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Learning Curves

Los Angeles Teachers Prepare for Strike

Tensions mount between L.A. teachers and the city’s public school district. Betsy DeVos’ No Gun Left Behind grants. Will California’s charter school law be revised after 26 years?

Bill Raden

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Photo by Bill Raden

“Learning Curves” is a weekly roundup of news items, profiles and dish about the intersection of education and inequality. Send tips, feedback and announcements of upcoming events to  braden@capitalandmain.com, @BillRaden.


 

United Teachers Los Angeles took a critical step closer to a strike last week — L.A. Unified’s first in 29 years —with a strike authorization vote by 33,000 union educators at the nation’s second-largest school district. The outcome won’t be announced till tomorrow, but teachers on the opening day of polling at Thomas Starr King Middle School in Silver Lake were confidently predicting a 90 percent affirmation at their site. In the meantime, tempers have been heated on both sides. UTLA president Alex Caputo-Pearl has accused the district of intentionally stalling in setting a September 27 mediation date, which LA School Report’s Mike Antonucci reports could be true, and teachers continue to express anger over what they say are unfounded assertions made by “Hard Choices,” the district “realignment” blueprint commissioned by Austin Beutner prior to his being named L.A. schools chief.

“Teachers here have to work second jobs in order to make ends meet, and we’re told we’re overpaid,” Wil Page, a sixth-grade math and science teacher at King Middle School’s Environmental STEAM Magnet, complained of the blueprint. “Our district does need to make some hard choices, but it doesn’t need to be solely on the backs of educators.”

Betsy DeVos Update: The U.S. Secretary of Education triggered near-universal condemnation last week when she was reported to be considering using federal Student Support and Academic Enrichment (SSAE) grant money to buy guns for teachers. It was left to the Washington Post’s Valerie Strauss to point out the irony that DeVos had told a Senate subcommittee in June that her Federal Commission on School Safety, which was created by President Trump after the Parkland, Florida school mass shooting, would not be looking at gun control as a possible recommendation for stopping violence at schools.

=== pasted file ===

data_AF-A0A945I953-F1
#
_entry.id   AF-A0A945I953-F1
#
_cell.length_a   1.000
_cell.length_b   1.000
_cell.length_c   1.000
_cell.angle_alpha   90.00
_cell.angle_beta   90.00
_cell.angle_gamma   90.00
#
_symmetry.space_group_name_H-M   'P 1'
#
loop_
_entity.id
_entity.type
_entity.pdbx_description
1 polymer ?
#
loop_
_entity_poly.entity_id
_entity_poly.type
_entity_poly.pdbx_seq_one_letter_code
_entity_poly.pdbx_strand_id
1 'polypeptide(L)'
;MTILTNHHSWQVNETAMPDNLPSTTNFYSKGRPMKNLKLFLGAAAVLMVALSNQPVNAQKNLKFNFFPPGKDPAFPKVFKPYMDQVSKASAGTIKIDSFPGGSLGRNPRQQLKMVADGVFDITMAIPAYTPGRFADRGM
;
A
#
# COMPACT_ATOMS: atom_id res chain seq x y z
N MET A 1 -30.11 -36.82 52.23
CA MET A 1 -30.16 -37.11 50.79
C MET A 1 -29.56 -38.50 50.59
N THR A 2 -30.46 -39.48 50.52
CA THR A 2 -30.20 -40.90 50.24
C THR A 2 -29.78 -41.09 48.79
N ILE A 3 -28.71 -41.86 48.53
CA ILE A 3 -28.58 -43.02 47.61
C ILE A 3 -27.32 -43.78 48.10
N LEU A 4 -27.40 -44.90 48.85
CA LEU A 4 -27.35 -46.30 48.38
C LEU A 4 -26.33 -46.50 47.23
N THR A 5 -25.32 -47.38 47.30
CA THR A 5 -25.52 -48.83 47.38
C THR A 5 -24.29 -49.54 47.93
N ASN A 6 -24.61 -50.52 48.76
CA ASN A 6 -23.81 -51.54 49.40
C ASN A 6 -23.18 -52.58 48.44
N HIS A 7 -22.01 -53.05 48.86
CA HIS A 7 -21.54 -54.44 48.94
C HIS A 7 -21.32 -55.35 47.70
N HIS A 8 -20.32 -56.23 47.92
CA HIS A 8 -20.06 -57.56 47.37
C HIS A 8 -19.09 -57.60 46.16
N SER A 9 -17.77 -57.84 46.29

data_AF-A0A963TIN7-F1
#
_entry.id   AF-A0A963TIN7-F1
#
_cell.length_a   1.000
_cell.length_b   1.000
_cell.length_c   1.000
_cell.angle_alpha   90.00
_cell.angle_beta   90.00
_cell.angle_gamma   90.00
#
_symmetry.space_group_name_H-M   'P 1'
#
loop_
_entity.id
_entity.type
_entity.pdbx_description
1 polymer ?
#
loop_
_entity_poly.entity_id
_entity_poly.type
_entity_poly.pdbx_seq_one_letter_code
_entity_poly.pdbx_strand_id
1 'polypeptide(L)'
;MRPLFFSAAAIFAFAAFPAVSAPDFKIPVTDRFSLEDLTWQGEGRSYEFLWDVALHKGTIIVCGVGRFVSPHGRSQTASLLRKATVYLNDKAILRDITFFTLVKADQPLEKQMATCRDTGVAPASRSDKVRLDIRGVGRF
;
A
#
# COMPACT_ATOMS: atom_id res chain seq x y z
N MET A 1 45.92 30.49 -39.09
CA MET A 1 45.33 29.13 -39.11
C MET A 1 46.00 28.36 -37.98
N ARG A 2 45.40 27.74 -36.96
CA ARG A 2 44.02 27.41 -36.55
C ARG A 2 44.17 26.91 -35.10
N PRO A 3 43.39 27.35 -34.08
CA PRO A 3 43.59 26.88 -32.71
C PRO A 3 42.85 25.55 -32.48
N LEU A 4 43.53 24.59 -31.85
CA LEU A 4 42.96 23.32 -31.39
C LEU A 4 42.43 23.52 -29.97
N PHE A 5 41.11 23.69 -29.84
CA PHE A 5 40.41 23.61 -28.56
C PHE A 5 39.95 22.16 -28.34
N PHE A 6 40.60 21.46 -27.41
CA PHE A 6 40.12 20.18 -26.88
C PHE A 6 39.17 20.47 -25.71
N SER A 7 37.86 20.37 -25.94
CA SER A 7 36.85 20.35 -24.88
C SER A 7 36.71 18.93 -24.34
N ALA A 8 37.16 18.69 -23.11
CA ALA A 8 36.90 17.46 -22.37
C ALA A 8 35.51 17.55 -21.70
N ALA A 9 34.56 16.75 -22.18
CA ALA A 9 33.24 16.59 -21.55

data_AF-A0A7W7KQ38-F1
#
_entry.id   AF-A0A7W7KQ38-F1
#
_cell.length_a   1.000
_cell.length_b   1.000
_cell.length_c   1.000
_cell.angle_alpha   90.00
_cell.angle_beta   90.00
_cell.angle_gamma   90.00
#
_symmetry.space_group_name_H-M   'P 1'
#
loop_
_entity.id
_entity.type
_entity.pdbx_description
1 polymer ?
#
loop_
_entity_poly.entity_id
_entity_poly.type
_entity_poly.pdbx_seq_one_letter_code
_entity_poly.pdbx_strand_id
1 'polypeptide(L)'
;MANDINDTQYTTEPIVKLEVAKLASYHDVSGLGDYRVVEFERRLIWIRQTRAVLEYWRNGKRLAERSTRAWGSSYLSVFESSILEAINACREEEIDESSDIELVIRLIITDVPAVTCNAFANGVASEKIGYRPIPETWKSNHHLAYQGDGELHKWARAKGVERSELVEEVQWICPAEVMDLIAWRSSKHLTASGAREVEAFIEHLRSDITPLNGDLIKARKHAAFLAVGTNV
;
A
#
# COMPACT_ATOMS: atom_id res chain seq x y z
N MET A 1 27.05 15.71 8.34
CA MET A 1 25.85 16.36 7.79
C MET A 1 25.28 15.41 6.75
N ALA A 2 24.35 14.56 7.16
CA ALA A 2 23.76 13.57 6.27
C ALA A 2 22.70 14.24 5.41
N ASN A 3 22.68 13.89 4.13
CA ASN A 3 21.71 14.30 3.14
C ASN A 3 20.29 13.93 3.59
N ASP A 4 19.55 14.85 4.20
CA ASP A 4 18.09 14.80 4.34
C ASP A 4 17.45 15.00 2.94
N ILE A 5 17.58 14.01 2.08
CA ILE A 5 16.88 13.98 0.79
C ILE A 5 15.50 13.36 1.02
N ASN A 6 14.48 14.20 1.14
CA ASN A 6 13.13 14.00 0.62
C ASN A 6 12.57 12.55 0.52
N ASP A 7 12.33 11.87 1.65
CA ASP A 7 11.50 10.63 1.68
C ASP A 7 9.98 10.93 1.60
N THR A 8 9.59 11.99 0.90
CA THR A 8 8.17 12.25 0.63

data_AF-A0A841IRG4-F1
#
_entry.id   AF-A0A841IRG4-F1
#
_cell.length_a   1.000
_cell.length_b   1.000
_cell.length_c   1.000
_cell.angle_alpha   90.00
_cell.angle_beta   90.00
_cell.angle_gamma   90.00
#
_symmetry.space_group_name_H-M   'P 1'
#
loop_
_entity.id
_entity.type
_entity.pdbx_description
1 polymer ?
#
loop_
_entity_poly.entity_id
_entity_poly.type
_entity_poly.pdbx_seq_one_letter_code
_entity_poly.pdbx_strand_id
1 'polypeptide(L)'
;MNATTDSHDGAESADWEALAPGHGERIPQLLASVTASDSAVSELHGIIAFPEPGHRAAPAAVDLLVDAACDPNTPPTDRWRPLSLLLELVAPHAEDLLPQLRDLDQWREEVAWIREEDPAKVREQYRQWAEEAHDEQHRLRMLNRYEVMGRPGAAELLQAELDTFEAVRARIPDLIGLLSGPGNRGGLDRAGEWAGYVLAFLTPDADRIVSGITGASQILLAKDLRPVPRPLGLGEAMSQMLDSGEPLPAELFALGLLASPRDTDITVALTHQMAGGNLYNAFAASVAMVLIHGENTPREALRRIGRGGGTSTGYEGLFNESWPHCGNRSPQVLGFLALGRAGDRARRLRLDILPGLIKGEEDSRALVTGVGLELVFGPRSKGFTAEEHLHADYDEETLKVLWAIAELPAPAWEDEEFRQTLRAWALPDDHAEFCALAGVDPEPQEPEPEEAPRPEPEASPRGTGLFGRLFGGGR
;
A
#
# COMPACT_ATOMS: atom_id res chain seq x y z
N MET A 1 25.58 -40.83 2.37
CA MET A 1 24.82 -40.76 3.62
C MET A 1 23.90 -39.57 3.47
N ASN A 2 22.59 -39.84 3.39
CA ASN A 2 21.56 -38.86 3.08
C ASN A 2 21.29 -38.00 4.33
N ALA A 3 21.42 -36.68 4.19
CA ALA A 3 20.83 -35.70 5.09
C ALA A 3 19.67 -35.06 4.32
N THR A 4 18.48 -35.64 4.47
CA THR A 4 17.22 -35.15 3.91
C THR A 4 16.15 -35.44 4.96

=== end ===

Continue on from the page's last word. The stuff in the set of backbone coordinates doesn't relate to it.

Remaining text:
California’s top education official has announced the formation of his own commission, albeit one that will be reviewing California’s 26-year-old charter law. According to a state Education Department press release, the Action Team on Charter Schools was appointed by termed-out State Superintendent of Public Instruction Tom Torlakson to “objectively examine issues regarding charter schools with the goal of promoting equity for all students and helping all students succeed in 21st century careers and college.” It follows on comments made last month by chief deputy superintendent Glen Price on the need to revise the “out of date” law to, among other things, allow consideration of financial impact on host districts when authorizing new charters. Such a revision could be a game-changer. Complaints that the current law’s virtual carte blanche for charter startups to open whenever and wherever they like in fiscally savaged districts are at the heart of California’s quarter-century education wars. Expect a report by the end of the year.

One group certain to be following the Action Team’s work is #WeChoose Bay Area, a new, pro-public school coalition of over a dozen veteran education equity organizations and community groups, anchored by the national Journey for Justice Alliance and the Oakland Public Education Network. According to Oakland organizer Mike Hutchinson, the group will be traveling to Sacramento on September 7 to make its official California debut at a rally in front of the state Capitol, followed by a march on the State Board of Education. Its objective? “To make sure our elected officials know that public education is an issue that we will be voting on in this year’s election.”


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